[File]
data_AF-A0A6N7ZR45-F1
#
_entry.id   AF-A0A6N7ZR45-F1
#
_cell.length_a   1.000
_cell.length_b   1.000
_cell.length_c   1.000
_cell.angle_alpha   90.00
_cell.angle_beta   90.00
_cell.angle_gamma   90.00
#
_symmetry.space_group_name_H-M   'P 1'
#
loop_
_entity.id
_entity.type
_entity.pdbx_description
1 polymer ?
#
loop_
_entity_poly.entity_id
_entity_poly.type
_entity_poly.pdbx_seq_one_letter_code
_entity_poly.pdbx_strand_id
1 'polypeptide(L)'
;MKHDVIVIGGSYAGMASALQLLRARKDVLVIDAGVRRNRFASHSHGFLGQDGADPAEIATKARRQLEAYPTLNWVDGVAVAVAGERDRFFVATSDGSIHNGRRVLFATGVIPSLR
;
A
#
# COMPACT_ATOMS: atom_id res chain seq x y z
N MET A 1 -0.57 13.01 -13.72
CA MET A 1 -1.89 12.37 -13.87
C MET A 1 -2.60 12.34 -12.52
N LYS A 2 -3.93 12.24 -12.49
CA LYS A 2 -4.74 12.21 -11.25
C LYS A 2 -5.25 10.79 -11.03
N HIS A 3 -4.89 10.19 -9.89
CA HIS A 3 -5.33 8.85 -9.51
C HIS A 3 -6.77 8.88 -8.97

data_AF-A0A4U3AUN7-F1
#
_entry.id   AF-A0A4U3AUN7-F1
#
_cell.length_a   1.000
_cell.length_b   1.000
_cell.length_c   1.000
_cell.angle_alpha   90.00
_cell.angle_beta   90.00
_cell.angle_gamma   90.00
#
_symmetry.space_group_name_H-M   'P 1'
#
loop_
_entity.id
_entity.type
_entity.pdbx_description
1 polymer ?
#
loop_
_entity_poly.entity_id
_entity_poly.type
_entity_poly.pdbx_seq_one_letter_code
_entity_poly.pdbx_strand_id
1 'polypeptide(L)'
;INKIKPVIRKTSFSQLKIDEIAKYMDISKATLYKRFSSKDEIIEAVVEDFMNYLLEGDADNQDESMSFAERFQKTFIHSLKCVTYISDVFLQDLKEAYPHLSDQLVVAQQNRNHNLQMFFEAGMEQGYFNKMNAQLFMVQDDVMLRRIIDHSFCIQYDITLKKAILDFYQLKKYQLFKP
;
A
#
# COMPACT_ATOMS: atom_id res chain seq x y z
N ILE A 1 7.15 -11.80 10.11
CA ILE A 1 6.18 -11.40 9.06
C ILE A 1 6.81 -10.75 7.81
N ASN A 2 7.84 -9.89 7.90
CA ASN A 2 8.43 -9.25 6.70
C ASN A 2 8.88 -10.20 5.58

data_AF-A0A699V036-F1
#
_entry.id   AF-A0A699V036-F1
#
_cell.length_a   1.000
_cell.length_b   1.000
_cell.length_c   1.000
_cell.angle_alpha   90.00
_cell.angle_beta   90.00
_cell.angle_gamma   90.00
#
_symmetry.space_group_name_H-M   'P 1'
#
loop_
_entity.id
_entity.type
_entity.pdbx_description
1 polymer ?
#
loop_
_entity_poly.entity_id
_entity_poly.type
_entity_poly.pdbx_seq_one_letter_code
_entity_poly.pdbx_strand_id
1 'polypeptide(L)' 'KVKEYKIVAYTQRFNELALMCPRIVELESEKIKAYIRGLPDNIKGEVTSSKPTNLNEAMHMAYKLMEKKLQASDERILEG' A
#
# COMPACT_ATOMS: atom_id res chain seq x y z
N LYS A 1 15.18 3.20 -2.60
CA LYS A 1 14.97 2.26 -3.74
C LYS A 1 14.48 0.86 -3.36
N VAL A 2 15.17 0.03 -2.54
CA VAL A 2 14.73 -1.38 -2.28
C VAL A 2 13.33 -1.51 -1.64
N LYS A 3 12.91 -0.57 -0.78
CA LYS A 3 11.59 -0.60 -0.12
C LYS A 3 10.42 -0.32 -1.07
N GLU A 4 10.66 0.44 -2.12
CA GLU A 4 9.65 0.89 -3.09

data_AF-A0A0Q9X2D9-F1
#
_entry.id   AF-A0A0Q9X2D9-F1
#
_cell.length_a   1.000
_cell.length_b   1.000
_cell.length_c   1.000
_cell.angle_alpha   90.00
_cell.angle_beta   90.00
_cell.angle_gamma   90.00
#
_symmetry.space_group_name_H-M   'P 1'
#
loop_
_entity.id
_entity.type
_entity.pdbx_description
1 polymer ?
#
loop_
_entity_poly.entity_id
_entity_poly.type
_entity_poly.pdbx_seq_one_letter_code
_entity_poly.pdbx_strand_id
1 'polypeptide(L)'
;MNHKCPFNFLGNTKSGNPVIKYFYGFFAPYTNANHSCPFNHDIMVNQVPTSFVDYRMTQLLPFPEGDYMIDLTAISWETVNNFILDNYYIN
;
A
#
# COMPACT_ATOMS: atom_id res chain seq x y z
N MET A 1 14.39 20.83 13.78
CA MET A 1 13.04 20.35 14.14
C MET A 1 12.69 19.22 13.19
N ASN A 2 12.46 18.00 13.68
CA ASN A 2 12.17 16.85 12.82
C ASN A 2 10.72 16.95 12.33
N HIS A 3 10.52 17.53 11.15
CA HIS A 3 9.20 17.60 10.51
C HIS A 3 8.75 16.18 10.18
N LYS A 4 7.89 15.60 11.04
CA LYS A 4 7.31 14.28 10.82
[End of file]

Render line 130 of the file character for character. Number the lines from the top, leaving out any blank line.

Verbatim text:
_entity.pdbx_description